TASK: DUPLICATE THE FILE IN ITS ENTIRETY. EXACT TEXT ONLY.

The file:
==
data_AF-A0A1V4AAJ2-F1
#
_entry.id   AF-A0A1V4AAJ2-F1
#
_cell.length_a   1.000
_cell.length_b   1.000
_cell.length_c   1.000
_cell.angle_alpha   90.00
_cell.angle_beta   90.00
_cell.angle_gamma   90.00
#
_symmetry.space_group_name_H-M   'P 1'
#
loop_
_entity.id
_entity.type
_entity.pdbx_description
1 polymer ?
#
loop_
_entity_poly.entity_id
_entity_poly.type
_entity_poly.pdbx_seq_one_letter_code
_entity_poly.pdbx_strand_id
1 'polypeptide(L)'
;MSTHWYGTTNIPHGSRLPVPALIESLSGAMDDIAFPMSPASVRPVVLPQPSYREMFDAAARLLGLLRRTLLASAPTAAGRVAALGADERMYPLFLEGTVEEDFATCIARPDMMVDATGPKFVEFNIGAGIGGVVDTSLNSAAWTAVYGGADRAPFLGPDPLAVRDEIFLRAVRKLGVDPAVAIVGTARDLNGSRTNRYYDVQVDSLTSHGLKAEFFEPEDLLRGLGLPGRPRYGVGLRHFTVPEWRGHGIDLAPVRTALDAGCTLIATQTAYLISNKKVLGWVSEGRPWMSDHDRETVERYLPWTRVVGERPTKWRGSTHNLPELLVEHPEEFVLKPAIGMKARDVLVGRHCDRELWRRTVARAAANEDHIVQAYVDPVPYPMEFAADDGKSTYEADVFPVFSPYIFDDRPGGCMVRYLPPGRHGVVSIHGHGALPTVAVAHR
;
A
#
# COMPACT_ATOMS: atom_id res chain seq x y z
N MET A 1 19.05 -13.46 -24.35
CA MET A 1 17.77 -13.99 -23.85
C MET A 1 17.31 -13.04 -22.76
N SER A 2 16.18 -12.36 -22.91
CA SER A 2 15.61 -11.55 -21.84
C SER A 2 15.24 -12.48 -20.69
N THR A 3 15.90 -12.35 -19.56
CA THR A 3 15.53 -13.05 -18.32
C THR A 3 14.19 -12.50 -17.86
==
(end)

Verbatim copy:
data_AF-A0A1V4AAJ2-F1
#
_entry.id   AF-A0A1V4AAJ2-F1
#
_cell.length_a   1.000
_cell.length_b   1.000
_cell.length_c   1.000
_cell.angle_alpha   90.00
_cell.angle_beta   90.00
_cell.angle_gamma   90.00
#
_symmetry.space_group_name_H-M   'P 1'
#
loop_
_entity.id
_entity.type
_entity.pdbx_description
1 polymer ?
#
loop_
_entity_poly.entity_id
_entity_poly.type
_entity_poly.pdbx_seq_one_letter_code
_entity_poly.pdbx_strand_id
1 'polypeptide(L)'
;MSTHWYGTTNIPHGSRLPVPALIESLSGAMDDIAFPMSPASVRPVVLPQPSYREMFDAAARLLGLLRRTLLASAPTAAGRVAALGADERMYPLFLEGTVEEDFATCIARPDMMVDATGPKFVEFNIGAGIGGVVDTSLNSAAWTAVYGGADRAPFLGPDPLAVRDEIFLRAVRKLGVDPAVAIVGTARDLNGSRTNRYYDVQVDSLTSHGLKAEFFEPEDLLRGLGLPGRPRYGVGLRHFTVPEWRGHGIDLAPVRTALDAGCTLIATQTAYLISNKKVLGWVSEGRPWMSDHDRETVERYLPWTRVVGERPTKWRGSTHNLPELLVEHPEEFVLKPAIGMKARDVLVGRHCDRELWRRTVARAAANEDHIVQAYVDPVPYPMEFAADDGKSTYEADVFPVFSPYIFDDRPGGCMVRYLPPGRHGVVSIHGHGALPTVAVAHR
;
A
#
# COMPACT_ATOMS: atom_id res chain seq x y z
N MET A 1 19.05 -13.46 -24.35
CA MET A 1 17.77 -13.99 -23.85
C MET A 1 17.31 -13.04 -22.76
N SER A 2 16.18 -12.36 -22.91
CA SER A 2 15.61 -11.55 -21.84
C SER A 2 15.24 -12.48 -20.69
N THR A 3 15.90 -12.35 -19.56
CA THR A 3 15.53 -13.05 -18.32
C THR A 3 14.19 -12.50 -17.86